Most widely used for carving roasts, an electric knife can also be a valuable tool for bread, cheeses, and vegetables. The Hamilton Beach Electric Knife features a plastic handle designed for comfort, 10-inch stainless steel blades, and a convenient carrying case for storage.
Ease of use is the star of this model. It turns on with a simple trigger, provides 100 watts of power, and the two reciprocating, serrated blades do all the work, effortlessly carving any type of bread or meat on hand. It also comes with a stainless steel carving fork for those occasions when you are slicing more than bread. The blades easily eject for a quick hand wash after use.
Price at time of publish: $25
Blade Length: 8 inches | Handle Material: Plastic | Blade Material: Stainless steel | Weight: 2 pounds
Related: The Best Electric Knives
The Shun Classic 9-Inch Bread Knife is our best overall pick because, despite its high price tag, it pays for itself in quality and performance. It's beautiful, slices smoothly and cleanly, has a great weight and balance, and is comfortable to hold. If you want a similar-performing, relatively high-quality Japanese knife without taking a huge hit on your savings, try the Tojiro Bread Slicer: It's a fraction of the price (and weight) of the Shun, but still made clean, neat work of our bread loaves.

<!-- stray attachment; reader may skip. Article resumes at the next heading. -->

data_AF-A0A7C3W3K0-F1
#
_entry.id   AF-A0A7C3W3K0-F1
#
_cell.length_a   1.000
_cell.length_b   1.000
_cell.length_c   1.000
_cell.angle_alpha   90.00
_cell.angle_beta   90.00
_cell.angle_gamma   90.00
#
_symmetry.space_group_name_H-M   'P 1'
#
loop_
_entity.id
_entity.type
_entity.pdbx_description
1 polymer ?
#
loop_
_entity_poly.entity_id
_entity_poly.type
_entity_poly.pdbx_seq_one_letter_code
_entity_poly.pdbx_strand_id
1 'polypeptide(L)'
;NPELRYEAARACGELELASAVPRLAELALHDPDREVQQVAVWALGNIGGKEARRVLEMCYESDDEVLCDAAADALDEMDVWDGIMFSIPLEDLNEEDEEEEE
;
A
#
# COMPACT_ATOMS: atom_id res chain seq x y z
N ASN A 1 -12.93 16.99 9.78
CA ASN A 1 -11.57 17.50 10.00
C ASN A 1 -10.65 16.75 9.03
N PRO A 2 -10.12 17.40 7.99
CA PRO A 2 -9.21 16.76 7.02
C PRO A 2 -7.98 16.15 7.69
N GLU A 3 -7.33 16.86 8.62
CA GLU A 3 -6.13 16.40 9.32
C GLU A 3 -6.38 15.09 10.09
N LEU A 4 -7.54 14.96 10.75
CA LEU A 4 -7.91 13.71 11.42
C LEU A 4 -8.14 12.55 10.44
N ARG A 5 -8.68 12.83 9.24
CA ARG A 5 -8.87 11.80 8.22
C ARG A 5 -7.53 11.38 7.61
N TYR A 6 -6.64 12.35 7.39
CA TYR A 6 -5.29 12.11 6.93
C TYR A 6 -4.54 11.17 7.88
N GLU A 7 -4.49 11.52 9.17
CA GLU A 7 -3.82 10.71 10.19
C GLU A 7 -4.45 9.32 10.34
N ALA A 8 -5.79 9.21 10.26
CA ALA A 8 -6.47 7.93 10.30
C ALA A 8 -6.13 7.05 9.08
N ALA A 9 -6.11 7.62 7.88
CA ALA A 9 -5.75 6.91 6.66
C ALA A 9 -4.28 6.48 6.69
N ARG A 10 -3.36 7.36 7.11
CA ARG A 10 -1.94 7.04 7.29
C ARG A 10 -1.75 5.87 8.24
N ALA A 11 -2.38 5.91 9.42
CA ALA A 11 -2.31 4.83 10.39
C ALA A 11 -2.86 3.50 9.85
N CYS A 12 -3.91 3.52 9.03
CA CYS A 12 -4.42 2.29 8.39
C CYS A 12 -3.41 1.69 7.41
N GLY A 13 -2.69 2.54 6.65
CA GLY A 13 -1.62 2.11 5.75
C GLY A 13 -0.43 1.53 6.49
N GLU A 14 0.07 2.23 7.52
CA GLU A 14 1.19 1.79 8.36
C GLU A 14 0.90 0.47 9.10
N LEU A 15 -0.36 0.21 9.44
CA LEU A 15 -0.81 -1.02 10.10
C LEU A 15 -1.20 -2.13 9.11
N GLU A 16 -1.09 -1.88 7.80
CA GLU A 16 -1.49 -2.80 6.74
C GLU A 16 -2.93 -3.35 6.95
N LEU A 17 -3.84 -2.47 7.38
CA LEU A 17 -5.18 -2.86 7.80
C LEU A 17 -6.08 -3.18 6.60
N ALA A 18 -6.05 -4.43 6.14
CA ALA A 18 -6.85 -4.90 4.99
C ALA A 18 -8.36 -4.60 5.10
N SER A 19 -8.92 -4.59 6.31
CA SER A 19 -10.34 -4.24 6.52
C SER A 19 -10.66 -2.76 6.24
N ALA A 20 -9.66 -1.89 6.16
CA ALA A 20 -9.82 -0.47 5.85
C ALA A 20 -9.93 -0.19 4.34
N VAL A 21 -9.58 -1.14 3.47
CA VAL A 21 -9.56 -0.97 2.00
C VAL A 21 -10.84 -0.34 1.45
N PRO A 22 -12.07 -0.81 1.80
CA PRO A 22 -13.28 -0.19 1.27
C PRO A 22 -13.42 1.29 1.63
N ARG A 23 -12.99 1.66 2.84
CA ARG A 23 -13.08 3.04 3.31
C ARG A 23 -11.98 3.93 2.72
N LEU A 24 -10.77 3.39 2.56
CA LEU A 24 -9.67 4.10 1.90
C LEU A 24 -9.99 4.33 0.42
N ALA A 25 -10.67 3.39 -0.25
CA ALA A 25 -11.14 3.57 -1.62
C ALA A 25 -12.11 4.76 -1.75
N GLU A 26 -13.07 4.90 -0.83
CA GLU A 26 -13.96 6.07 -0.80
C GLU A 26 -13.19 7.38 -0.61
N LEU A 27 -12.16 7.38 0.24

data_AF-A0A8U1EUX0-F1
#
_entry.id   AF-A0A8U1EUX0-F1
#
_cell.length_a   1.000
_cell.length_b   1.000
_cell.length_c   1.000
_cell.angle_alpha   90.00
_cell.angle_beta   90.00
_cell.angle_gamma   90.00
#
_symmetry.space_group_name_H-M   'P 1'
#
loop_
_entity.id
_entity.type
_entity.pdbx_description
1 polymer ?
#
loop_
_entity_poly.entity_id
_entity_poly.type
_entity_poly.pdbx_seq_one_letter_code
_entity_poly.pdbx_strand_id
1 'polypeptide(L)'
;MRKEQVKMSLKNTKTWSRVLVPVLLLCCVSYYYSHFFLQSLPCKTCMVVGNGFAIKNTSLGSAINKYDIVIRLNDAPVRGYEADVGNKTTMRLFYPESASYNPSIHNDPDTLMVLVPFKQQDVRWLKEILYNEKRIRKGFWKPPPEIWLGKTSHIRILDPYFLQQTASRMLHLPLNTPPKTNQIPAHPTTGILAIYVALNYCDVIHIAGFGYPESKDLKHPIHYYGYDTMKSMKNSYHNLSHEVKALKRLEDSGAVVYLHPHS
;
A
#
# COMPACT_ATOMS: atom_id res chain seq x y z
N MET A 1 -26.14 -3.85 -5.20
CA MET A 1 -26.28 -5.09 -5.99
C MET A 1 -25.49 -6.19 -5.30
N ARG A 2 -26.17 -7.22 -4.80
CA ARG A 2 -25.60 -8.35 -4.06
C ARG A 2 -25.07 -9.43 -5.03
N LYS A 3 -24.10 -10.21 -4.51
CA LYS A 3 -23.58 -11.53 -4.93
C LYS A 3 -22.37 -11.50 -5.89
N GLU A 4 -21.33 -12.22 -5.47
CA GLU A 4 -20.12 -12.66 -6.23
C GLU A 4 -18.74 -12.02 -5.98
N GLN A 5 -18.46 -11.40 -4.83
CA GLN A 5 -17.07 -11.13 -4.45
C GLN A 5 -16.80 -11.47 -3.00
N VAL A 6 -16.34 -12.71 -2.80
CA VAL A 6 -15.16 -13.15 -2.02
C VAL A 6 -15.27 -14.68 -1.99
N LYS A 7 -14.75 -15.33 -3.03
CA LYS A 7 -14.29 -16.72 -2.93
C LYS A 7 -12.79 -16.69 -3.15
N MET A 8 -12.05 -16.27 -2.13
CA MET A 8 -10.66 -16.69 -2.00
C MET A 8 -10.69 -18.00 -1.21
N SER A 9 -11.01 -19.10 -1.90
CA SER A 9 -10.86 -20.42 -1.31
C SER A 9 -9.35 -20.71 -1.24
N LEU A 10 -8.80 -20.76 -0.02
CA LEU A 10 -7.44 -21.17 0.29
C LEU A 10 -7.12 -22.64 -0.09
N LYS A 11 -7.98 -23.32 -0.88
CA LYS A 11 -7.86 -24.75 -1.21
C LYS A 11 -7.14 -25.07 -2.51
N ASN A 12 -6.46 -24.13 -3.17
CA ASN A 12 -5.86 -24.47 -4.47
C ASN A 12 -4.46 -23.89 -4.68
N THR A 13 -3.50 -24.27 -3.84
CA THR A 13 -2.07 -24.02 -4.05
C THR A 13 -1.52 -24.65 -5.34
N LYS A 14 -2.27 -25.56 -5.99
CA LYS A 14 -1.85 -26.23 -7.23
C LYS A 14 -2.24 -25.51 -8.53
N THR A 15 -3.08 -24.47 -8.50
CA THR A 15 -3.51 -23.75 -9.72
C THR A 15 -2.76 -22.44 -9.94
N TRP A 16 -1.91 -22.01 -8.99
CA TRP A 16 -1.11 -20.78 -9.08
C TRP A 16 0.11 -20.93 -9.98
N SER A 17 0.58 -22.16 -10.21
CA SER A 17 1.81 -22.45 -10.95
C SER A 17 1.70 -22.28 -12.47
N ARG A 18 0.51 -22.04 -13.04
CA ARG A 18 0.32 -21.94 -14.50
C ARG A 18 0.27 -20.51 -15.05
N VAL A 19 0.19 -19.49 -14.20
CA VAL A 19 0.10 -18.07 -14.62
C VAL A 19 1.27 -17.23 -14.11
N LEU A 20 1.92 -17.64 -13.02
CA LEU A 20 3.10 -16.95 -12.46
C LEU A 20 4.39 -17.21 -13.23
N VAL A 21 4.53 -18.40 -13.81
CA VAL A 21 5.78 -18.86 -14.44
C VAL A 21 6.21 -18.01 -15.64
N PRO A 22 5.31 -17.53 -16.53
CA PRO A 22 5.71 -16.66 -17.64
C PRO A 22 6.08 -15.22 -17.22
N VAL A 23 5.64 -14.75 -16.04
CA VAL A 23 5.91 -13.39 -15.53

How We Tested
To test our list of bread knives, we purchased several loaves of crusty sourdough bread from a nearby bakery. We also bought several loaves of challah bread and a handful of beefsteak tomatoes from the grocery store. Our editors first tested the sharpness of each knife out of the box by slicing through a sheet of paper to see whether they tore or sliced cleanly. Then, we sliced through the tomatoes to see whether the slices were clean and precise, and whether the skin was torn or parts of the tomato were crushed. Lastly, we sliced through both the hard and soft loaves and observed whether the serrations gripped the loaf and made clean slices, and whether we were able to slice smoothly or if we had to muscle through it.
Our staff rated each one on the following qualities: Design, Size, Performance, Cleaning, and Value. Learn more about how we test products.
What Are the Other Options?